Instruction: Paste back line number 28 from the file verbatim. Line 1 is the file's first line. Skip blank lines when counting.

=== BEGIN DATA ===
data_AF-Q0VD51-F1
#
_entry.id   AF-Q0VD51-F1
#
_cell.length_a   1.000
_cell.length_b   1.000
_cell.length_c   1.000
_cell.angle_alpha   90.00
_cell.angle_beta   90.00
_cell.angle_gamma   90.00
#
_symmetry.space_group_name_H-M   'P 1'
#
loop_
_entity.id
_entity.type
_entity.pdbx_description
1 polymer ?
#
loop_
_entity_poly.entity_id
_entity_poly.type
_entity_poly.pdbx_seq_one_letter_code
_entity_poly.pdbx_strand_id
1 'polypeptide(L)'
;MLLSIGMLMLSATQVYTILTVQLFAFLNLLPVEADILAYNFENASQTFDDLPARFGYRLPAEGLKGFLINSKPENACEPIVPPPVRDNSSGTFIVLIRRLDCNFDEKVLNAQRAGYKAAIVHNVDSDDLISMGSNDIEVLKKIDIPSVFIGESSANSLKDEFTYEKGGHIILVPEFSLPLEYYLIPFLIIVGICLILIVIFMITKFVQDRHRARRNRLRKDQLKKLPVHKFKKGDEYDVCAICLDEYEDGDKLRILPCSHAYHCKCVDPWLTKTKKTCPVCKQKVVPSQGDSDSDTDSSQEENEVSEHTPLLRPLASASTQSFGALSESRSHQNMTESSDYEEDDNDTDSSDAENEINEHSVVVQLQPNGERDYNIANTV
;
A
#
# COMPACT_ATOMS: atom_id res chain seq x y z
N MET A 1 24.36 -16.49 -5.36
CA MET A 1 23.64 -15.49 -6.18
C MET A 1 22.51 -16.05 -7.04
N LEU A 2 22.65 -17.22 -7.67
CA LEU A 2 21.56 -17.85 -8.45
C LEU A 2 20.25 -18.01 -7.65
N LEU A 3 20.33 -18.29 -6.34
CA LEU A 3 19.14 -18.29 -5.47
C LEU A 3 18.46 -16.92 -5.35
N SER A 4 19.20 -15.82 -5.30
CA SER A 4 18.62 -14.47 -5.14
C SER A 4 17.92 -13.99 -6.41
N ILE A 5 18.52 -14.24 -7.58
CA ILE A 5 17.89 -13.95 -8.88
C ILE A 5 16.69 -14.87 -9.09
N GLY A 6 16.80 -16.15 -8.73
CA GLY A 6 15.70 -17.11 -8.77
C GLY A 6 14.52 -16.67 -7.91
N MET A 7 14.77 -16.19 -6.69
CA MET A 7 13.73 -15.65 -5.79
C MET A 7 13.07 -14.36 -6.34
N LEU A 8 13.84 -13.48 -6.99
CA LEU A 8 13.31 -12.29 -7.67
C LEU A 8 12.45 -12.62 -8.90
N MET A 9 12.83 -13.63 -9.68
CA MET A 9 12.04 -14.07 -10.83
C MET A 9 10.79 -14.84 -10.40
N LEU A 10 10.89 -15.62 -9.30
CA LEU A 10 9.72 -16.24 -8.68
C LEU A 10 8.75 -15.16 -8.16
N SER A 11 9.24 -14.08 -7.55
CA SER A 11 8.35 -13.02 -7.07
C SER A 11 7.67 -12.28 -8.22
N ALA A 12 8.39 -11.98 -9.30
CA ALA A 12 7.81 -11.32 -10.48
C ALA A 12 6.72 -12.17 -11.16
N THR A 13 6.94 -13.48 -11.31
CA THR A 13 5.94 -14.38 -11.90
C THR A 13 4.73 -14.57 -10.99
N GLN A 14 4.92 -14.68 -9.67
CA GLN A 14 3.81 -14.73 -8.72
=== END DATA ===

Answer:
A